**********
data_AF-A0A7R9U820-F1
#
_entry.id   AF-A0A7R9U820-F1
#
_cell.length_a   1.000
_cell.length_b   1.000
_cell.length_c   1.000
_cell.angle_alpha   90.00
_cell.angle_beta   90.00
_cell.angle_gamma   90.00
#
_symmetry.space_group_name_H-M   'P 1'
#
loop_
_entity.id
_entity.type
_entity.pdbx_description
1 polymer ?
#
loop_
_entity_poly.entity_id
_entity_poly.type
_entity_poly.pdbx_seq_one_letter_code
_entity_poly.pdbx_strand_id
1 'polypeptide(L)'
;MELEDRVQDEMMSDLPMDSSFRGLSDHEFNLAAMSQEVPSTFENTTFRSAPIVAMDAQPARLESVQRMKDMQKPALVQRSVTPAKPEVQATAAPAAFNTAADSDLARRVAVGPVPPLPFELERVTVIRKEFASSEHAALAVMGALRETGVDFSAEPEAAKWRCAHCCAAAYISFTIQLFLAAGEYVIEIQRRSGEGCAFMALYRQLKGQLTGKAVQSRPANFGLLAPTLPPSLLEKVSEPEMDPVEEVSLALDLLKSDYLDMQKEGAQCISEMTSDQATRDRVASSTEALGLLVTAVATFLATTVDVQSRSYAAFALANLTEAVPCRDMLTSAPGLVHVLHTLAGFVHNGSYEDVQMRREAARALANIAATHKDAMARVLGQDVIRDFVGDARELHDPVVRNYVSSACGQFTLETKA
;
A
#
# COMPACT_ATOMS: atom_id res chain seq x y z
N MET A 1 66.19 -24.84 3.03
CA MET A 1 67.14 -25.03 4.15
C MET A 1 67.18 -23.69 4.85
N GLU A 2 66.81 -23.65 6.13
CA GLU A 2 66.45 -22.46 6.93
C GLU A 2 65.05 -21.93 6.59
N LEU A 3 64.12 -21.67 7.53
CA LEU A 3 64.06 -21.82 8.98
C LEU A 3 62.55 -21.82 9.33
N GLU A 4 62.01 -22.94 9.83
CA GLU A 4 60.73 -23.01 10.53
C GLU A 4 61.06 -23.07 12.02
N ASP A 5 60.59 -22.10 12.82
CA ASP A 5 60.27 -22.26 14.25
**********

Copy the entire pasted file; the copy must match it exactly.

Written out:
data_AF-A0A7R9U820-F1
#
_entry.id   AF-A0A7R9U820-F1
#
_cell.length_a   1.000
_cell.length_b   1.000
_cell.length_c   1.000
_cell.angle_alpha   90.00
_cell.angle_beta   90.00
_cell.angle_gamma   90.00
#
_symmetry.space_group_name_H-M   'P 1'
#
loop_
_entity.id
_entity.type
_entity.pdbx_description
1 polymer ?
#
loop_
_entity_poly.entity_id
_entity_poly.type
_entity_poly.pdbx_seq_one_letter_code
_entity_poly.pdbx_strand_id
1 'polypeptide(L)'
;MELEDRVQDEMMSDLPMDSSFRGLSDHEFNLAAMSQEVPSTFENTTFRSAPIVAMDAQPARLESVQRMKDMQKPALVQRSVTPAKPEVQATAAPAAFNTAADSDLARRVAVGPVPPLPFELERVTVIRKEFASSEHAALAVMGALRETGVDFSAEPEAAKWRCAHCCAAAYISFTIQLFLAAGEYVIEIQRRSGEGCAFMALYRQLKGQLTGKAVQSRPANFGLLAPTLPPSLLEKVSEPEMDPVEEVSLALDLLKSDYLDMQKEGAQCISEMTSDQATRDRVASSTEALGLLVTAVATFLATTVDVQSRSYAAFALANLTEAVPCRDMLTSAPGLVHVLHTLAGFVHNGSYEDVQMRREAARALANIAATHKDAMARVLGQDVIRDFVGDARELHDPVVRNYVSSACGQFTLETKA
;
A
#
# COMPACT_ATOMS: atom_id res chain seq x y z
N MET A 1 66.19 -24.84 3.03
CA MET A 1 67.14 -25.03 4.15
C MET A 1 67.18 -23.69 4.85
N GLU A 2 66.81 -23.65 6.13
CA GLU A 2 66.45 -22.46 6.93
C GLU A 2 65.05 -21.93 6.59
N LEU A 3 64.12 -21.67 7.53
CA LEU A 3 64.06 -21.82 8.98
C LEU A 3 62.55 -21.82 9.33
N GLU A 4 62.01 -22.94 9.83
CA GLU A 4 60.73 -23.01 10.53
C GLU A 4 61.06 -23.07 12.02
N ASP A 5 60.59 -22.10 12.82
CA ASP A 5 60.27 -22.26 14.25